Study of Au Ball Bond Mechanism and Reliability on Pd/Ni/Cu Substrate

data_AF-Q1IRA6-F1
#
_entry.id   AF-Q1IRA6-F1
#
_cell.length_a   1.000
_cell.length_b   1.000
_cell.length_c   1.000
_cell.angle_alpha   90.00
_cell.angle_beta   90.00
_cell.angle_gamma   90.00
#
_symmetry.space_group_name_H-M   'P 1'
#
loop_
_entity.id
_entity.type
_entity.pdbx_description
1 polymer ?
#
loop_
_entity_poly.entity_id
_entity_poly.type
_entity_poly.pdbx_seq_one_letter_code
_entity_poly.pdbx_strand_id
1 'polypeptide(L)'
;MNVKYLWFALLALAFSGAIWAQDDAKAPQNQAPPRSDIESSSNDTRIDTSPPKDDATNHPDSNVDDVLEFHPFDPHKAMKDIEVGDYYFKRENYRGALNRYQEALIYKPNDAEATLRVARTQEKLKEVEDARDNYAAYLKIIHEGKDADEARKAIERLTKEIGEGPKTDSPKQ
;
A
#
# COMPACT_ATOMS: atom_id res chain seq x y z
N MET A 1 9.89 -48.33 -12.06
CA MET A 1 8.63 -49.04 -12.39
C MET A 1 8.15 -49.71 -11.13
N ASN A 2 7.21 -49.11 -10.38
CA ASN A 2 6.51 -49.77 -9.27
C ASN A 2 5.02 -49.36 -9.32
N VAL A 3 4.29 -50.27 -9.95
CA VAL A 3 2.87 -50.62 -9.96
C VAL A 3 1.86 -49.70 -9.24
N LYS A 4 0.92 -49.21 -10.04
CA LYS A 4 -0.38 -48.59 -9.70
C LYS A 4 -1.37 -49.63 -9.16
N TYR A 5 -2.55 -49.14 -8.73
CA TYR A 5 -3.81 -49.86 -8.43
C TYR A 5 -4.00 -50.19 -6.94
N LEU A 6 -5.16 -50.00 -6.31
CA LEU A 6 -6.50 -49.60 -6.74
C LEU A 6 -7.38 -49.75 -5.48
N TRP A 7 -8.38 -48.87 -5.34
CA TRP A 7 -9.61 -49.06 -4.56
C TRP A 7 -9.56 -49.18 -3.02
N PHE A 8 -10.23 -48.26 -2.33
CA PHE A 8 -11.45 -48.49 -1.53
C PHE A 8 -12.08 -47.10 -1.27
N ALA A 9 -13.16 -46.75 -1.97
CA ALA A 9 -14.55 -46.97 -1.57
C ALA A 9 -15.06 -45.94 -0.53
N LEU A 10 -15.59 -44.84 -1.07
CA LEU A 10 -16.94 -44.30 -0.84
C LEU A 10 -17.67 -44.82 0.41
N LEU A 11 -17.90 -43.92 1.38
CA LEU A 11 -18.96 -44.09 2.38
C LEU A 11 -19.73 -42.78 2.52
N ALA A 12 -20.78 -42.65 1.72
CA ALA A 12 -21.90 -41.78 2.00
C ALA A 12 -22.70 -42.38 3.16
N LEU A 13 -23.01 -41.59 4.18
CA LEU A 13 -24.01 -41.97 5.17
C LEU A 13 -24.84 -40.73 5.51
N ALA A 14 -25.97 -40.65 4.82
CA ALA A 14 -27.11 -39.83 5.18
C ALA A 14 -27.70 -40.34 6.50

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Microelectronic wire bonding is a manufacturing process used to electrically connect integrated circuits with circuit boards or other substrates. Conventionally, balls are molten at the end of a Au bonding wire and subsequently bonded on Al metallization of a integrated circuit. However, Pd/Ni metallization has recently been used for its improved mechanical properties. The bondability, bonding mechanism, and reliability of Au ball bonds on Pd are studied in this thesis. The substrates were produced in this project using three different materials. The base material is polished Cu in the shape of a coupon (1.0 cm × 1.0 cm × 0.5 mm). Cu coupons are plated with Ni (1.0 μm) using an electroless process, followed by electrolytic plating of a layer of Pd (0.3 μm), resulting in an arithmetic mean roughness of the surface of 0.08 μm (baseline sample, sample 0). Higher roughness values of 0.2, 0.4, and 0.5 μm are artificially produced by rolling (sample 1), sanding (sample 2), and sandblasting (sample 3), respectively, on the Cu surface before plating Ni and Pd. A 25 μm diameter Au wire is used for bonding on the polished and roughened substrates with a process temperature of T = 220 °C, and it was found that ≈ 4 % to ≈ 18 % less ultrasonic amplitude was required for successful bonding on the roughened substrates compared to the polished substrate. Bondability is measured by shear testing the ball bonds. An average ball bond strength achieved on the polished substrate is 130 MPa. This value is lower on the roughened substrate with the exception of the sandblasted substrate. Long-term thermal aging at 250 °C was performed with ball bonds on samples 0-3 for durations of ≈ 300 h. The reliability of the bonds is characterized by non-destructive contact resistance analysis during aging and destructive cross section analysis after aging. Contact resistance values for the ball bonds range from 1.6 to 3.5 mΩ at 20 °C before aging, and does not correlate with roughness. For the baseline sample, contact resistance of the ball bonds decreases during aging by -6 % (median value), which indicates electrical integrity of the interconnections at high temperature. This decrease possibly is due to interfacial gap filling by Au or Pd diffusion. In contrast, the contact resistance increases for the roughened samples 1-3 and changes are 0.4, 5, and 14 %, respectively (median values). A conclusive explanation for this increase has not yet been found. After 250 h of aging, a TEM analysis showed Au to Pd diffusion in the baseline sample with a diffusion depth of ≈ 0.1 μm Au. No intermetallics, voids, or contamination is found on the interfaces after aging according to nanohardness, SEM, and TEM analyses. No bond lift-offs or electrical opens were found for the aging temperature and durations chosen. No conclusive evidence for the presence of Au-Pd intermetallics or voids is found.